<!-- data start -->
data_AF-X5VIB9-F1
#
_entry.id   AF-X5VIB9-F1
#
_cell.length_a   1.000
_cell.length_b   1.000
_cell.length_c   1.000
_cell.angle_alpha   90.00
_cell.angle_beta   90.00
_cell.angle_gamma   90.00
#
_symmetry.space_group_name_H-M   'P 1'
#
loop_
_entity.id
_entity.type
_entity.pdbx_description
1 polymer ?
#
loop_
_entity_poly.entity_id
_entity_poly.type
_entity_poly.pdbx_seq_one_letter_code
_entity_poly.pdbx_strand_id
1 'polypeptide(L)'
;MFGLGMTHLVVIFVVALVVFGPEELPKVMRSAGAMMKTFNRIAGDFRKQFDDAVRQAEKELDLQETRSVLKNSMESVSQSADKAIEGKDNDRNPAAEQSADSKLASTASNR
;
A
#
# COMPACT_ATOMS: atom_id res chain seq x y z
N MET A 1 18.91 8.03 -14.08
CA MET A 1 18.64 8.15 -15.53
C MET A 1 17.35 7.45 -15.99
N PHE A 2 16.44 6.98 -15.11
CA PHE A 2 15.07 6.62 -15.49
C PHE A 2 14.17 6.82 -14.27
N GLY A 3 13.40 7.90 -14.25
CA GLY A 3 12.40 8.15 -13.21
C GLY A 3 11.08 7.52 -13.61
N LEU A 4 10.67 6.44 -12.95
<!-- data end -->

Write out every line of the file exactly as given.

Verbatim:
data_AF-X5VIB9-F1
#
_entry.id   AF-X5VIB9-F1
#
_cell.length_a   1.000
_cell.length_b   1.000
_cell.length_c   1.000
_cell.angle_alpha   90.00
_cell.angle_beta   90.00
_cell.angle_gamma   90.00
#
_symmetry.space_group_name_H-M   'P 1'
#
loop_
_entity.id
_entity.type
_entity.pdbx_description
1 polymer ?
#
loop_
_entity_poly.entity_id
_entity_poly.type
_entity_poly.pdbx_seq_one_letter_code
_entity_poly.pdbx_strand_id
1 'polypeptide(L)'
;MFGLGMTHLVVIFVVALVVFGPEELPKVMRSAGAMMKTFNRIAGDFRKQFDDAVRQAEKELDLQETRSVLKNSMESVSQSADKAIEGKDNDRNPAAEQSADSKLASTASNR
;
A
#
# COMPACT_ATOMS: atom_id res chain seq x y z
N MET A 1 18.91 8.03 -14.08
CA MET A 1 18.64 8.15 -15.53
C MET A 1 17.35 7.45 -15.99
N PHE A 2 16.44 6.98 -15.11
CA PHE A 2 15.07 6.62 -15.49
C PHE A 2 14.17 6.82 -14.27
N GLY A 3 13.40 7.90 -14.25
CA GLY A 3 12.40 8.15 -13.21
C GLY A 3 11.08 7.52 -13.61
N LEU A 4 10.67 6.44 -12.95